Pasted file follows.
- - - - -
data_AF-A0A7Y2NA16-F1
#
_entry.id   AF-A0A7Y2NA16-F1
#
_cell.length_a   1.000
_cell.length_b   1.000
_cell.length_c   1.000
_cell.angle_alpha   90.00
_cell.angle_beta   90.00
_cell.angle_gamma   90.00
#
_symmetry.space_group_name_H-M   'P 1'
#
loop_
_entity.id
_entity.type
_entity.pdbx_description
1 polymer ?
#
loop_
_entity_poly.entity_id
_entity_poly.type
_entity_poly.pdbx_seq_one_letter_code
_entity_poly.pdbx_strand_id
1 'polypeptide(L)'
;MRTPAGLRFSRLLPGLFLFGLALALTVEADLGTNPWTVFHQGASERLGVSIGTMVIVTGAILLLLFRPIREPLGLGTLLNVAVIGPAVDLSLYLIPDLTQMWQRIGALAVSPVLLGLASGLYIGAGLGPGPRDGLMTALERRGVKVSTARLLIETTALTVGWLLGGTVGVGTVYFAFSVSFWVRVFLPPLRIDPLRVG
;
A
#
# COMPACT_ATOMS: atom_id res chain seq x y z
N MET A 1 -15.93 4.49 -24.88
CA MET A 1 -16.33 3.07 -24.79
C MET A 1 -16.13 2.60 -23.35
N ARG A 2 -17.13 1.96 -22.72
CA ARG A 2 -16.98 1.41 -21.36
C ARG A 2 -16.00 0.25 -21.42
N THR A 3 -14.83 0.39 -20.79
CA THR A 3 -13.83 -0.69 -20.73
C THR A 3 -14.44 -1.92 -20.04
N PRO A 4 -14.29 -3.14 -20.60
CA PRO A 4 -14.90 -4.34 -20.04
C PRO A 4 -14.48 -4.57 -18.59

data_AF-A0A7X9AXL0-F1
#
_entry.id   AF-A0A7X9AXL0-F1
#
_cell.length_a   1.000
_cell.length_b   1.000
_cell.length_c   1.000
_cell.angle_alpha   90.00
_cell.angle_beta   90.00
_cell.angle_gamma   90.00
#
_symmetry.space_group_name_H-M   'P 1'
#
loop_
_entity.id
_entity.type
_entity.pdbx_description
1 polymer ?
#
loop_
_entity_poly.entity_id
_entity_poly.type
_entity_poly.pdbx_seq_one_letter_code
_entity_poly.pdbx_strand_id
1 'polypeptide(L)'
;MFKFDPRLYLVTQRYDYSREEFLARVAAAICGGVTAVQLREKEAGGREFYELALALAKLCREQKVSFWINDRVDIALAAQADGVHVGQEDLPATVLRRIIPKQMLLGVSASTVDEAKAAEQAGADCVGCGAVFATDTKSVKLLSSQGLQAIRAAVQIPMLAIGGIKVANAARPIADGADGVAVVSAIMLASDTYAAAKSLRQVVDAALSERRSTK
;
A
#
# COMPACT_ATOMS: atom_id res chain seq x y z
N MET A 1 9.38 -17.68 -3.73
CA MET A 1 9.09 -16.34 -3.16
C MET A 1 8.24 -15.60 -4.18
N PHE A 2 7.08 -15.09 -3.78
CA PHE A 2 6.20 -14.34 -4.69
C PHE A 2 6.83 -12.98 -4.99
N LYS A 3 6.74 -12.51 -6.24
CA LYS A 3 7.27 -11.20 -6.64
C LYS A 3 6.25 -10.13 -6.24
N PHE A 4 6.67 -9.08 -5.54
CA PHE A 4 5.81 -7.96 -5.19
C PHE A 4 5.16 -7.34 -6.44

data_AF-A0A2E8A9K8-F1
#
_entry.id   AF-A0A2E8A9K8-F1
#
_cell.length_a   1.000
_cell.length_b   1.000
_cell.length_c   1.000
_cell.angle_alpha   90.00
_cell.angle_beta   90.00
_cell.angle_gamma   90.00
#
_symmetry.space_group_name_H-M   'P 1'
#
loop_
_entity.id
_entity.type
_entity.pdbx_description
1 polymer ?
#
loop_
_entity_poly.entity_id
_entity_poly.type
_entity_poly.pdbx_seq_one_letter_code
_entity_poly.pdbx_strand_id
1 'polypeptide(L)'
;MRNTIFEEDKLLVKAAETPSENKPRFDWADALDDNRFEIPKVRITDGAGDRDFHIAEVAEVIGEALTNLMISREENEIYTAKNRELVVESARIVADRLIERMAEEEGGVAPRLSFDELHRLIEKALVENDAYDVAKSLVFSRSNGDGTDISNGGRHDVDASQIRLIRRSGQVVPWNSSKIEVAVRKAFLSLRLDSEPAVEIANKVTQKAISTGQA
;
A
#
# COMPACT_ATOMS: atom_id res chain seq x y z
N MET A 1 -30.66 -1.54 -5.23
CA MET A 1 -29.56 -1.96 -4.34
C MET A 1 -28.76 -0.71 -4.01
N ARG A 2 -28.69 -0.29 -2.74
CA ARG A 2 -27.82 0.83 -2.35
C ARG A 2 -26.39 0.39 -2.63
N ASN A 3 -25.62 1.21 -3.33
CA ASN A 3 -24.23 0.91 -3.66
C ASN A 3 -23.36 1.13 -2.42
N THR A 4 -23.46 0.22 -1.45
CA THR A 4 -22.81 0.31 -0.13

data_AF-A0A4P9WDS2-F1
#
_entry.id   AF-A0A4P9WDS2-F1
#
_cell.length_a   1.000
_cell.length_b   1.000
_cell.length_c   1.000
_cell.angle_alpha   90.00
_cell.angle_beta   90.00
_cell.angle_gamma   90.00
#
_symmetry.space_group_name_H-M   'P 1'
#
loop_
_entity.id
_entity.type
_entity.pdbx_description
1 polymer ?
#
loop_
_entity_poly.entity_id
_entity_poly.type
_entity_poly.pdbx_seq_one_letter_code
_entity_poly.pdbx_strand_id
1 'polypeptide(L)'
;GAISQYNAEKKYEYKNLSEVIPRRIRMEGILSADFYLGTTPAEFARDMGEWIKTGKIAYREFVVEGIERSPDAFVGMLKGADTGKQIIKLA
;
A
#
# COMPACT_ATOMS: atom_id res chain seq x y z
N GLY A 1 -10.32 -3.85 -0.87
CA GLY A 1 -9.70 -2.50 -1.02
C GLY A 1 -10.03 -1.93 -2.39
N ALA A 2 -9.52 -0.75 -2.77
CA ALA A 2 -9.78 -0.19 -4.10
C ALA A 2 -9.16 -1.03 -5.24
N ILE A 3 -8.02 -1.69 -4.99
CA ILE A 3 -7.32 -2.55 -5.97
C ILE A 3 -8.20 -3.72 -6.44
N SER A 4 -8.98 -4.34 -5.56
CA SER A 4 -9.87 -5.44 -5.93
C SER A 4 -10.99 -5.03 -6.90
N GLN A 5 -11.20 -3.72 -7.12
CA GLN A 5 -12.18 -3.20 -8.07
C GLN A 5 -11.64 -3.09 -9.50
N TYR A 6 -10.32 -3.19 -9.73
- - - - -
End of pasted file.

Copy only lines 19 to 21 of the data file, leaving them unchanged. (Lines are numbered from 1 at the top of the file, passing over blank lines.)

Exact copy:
#
loop_
_entity_poly.entity_id